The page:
Outside every building construction site, there's a box on wheels that's around 8 feet wide by 20 feet long. It's a simple structure, built to stay within the width of one lane of road, so it can be towed to and from other jobs or holding sites. It has plain brown, beige or green siding, and its only decoration is an air-conditioning unit grafted to one side, a spray-painted serial number, the leasing company's sign and reflective tape strips for when it's moved at night.
The office trailer is the brain of any construction operation. It's where a visitor checks in. It's where the contractor can make a quiet phone call. It houses the white boards with to-do lists, construction drawing sets, a small meeting area, usually a printer, maybe a fridge and a storage space for odds and ends related to the job.
“You may work in one, you may be taught in one, or you may at some point be incarcerated in one,” says Matt Coolidge, founder and director of the Center for Land Use Interpretation, referring to the trailers' ubiquity and, in that last bit, to the way overcrowded prisons occasionally use the trailers to house inmates.
Like neighborhood power-switching stations, the proprietary storage-container “PODs” in driveways all over town, or the shipping containers on the backs of semi trucks driving to and from the port in Long Beach and San Pedro, the homely office trailer is part of the 99 percent of structures that get overlooked.
Coolidge and his team organized the exhibition “On-Site Office Trailers: Invisible Architecture of the Urban Environment” to highlight the unassuming, subservient workstation to L.A.'s constant whirlwind of demolition, reconstruction, gentrification and movement.
CLUI's offering is certainly one of the less promoted of the exhibits under the umbrella of Pacific Standard Time Presents: Modern Architecture in L.A., the Getty's ongoing, multi-institution series this spring and summer. But unlike other shows in the series, which examine, for example, residential architecture of the 1950s and '60s, these on-site trailers reveal a present-day, workhorse modernism that's very different from the kind of architectural house porn Dwell magazine offers.
“The trailers come from an economy of affordability and production. They're utilitarian and efficient — that was always the goal of modern architecture,” Coolidge says. “They're a model of modernism that's working and successful.”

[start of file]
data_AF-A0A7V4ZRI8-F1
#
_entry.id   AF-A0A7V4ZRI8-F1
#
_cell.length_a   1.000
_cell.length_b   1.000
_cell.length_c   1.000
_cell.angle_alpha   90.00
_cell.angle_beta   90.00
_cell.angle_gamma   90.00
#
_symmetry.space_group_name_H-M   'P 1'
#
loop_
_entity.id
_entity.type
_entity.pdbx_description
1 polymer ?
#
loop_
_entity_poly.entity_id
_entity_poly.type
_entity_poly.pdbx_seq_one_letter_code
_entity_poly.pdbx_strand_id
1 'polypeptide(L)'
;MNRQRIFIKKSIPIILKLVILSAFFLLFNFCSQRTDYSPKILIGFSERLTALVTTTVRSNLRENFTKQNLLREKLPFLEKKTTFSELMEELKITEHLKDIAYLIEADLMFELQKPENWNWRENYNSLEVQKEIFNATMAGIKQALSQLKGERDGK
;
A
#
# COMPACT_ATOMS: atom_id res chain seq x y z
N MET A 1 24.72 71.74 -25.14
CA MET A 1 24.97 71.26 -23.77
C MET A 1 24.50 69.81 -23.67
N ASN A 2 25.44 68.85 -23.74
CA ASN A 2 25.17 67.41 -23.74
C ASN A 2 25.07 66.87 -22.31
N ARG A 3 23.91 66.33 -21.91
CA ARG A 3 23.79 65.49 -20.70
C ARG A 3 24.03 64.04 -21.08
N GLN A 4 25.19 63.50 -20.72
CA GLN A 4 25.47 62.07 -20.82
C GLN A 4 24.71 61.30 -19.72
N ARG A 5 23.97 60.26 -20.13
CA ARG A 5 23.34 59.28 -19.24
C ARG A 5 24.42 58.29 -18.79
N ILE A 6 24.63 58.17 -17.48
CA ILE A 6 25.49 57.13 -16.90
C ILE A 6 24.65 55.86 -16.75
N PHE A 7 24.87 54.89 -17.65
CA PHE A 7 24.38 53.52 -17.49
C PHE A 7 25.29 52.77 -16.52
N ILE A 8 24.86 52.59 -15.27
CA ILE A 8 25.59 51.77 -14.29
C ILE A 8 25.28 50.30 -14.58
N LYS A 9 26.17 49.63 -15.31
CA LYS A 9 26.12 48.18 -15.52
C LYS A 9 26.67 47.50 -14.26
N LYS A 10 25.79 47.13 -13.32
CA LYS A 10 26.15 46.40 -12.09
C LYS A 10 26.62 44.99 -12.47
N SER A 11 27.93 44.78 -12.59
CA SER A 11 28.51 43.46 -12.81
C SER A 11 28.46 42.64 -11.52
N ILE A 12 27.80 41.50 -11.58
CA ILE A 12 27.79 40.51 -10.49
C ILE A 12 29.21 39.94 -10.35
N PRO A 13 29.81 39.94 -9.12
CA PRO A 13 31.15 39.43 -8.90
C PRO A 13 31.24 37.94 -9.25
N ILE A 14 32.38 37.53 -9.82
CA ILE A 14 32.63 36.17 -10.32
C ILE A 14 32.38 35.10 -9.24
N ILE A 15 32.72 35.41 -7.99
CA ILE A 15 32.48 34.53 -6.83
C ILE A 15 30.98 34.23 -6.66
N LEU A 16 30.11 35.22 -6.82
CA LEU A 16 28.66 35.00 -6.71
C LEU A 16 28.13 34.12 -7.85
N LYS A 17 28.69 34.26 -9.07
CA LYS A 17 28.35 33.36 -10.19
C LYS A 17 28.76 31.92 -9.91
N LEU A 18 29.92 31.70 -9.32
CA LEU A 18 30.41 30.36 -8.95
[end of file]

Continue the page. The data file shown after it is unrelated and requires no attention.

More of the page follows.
Frank Gehry and Richard Neutra's buildings in Los Angeles don't affect residents' daily lives as much as an under-construction highway overpass on the 405 might.
Coolidge sees places such as an airport or an empty Christmas tree lot that soon will become a strip mall as “sites of transition,” which can provoke multiple interpretations or reveal unforeseen urban phenomena.
This is precisely what CLUI — part museum, part art project and part research institution — has been doing since its founding in 1994.
The trailer even reveals hints about the culture and economy when it's sitting at its permanent storage site, Coolidge says. “If you look at the lots where they hold these things out in San Bernardino and the Inland Empire, you'll see — if the lot is full, on one hand, or if many of the trailers are deployed out to sites and the holding lots are more empty. They're a barometer of the state of the construction industry. They're a harbinger of changes to come.”
The “On-Site Office Trailers” exhibit itself will reside in a job trailer, walking distance from CLUI, which is headquartered on Venice Boulevard in Culver City.
The empty lot where the exhibit trailer will sit happens to be an on-hold construction development, where Culver and Washington boulevards intersect Canfield Avenue. The location is effectively a site of transition as well — a construction site that's currently on hold in a developer's limbo, used for temporary purposes like an ice skating rink in the winter and overflow parking for events the rest of the year.
Within the exhibition trailer, the show explores the assembly-line production process of trailers, the way they're held and processed between jobs, and the logistics of their movement.
Supplementing the exhibit, CLUI has organized tours to various office-trailer job sites throughout the city. The sites include one of the construction staging sites along the 405 expansion through the Sepulveda Pass, one of the future Expo line stops and the renovation project at areas of LAX's terminals. Caltrans personnel, engineers and contractors will be on hand to offer information.
“The tours are meant to provoke conversation,” Coolidge explains. “Some of these construction sites extend for miles.We want to explore what that represents in the city.”
Office trailers have served as staging areas, exhibition spaces and outposts for many of CLUI's programs, such as last year's “Centers of the USA” project, where exhibits were stationed at the geographic center of the United States (in Lebanon, Kan.), as well as the nation's population center (in Plato, Mo.), among others.
Coolidge and CLUI even launched an interpretive research center within a floating office-trailer conversion on Houston's Buffalo Bayou waterway in 2011. This on-demand architecture is ideal for CLUI, whose exhibitions are often found at nonsites, and constantly changing points on the landscape (like L.A.'s freeway overpasses).
John Powis of Mobile Modular Building Co. has worked with the Center for Land Use Interpretation, providing buildings for such projects. “They're not beautiful,” Powis says of his fleet of brown boxes, “but it's because of the trailers that the creators are able to make their beautiful architecture.”
“On-Site Office Trailers: Invisible Architecture of the Urban Environment” runs May 17-June 16 at the Center for Land Use Interpretation, 9331 Venice Blvd., Culver City. (310) 839-5722. Open Fri.-Sun., noon-5 p.m. Tour dates are May 24 and June 7, 10 a.m.-4 p.m.; $20 per person.